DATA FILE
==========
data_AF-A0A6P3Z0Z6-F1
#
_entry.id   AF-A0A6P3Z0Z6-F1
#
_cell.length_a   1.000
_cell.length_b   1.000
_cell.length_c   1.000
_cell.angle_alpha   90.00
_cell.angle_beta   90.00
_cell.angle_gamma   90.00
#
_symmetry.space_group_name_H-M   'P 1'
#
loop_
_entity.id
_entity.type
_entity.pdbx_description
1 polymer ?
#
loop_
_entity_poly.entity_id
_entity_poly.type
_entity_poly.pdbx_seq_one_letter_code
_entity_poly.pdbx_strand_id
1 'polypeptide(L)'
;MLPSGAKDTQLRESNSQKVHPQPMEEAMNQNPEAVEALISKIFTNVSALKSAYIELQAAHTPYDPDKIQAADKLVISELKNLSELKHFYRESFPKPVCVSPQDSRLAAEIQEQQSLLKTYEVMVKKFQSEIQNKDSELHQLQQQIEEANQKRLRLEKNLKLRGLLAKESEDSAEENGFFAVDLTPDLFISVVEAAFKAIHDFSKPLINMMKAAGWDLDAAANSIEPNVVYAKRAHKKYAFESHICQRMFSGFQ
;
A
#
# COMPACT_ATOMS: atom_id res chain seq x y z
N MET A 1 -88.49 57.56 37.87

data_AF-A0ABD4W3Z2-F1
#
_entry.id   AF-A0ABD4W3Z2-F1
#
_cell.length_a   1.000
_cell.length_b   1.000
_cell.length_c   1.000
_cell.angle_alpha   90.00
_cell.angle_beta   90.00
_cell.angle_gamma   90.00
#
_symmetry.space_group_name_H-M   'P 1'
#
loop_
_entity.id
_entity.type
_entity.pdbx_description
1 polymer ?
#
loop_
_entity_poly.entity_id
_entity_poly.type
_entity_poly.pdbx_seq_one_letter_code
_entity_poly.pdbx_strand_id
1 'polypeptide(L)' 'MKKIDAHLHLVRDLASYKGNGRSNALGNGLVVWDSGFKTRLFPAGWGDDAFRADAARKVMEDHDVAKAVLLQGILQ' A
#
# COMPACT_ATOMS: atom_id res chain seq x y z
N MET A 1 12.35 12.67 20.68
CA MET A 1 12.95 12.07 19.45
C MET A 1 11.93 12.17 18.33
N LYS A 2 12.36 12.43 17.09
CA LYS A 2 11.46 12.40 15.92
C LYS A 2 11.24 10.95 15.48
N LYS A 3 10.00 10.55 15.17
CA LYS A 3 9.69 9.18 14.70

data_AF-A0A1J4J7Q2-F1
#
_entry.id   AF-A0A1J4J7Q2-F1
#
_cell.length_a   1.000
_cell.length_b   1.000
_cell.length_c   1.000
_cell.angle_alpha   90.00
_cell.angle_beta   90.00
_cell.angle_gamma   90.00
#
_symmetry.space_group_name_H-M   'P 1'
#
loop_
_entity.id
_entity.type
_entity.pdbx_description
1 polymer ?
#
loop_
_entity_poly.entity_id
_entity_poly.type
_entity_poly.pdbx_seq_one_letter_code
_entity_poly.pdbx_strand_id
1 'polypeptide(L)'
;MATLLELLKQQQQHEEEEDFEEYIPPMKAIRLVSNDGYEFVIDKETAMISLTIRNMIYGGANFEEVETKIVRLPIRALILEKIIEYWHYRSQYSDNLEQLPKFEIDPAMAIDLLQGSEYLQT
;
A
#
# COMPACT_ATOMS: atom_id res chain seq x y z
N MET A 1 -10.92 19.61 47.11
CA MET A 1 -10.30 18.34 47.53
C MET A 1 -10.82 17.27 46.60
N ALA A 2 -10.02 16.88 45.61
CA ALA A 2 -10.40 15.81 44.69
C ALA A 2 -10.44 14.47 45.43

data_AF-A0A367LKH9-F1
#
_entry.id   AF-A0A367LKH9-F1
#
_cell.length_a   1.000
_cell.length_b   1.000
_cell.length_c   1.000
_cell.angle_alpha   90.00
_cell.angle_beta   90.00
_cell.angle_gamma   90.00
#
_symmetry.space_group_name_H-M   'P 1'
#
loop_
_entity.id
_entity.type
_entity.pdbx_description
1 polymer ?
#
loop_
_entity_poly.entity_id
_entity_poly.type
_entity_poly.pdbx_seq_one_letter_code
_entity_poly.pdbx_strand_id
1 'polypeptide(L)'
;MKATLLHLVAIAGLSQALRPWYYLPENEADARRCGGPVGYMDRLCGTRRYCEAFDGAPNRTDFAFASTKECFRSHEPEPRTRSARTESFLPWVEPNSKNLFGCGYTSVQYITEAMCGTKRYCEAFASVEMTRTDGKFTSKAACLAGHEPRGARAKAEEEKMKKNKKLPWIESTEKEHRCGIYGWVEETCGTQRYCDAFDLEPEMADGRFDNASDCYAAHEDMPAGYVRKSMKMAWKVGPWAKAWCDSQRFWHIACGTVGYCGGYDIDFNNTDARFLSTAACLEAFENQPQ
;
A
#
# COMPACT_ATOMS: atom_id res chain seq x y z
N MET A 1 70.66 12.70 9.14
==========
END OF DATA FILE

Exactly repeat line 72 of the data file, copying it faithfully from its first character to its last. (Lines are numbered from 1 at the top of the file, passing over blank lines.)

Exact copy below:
_cell.length_b   1.000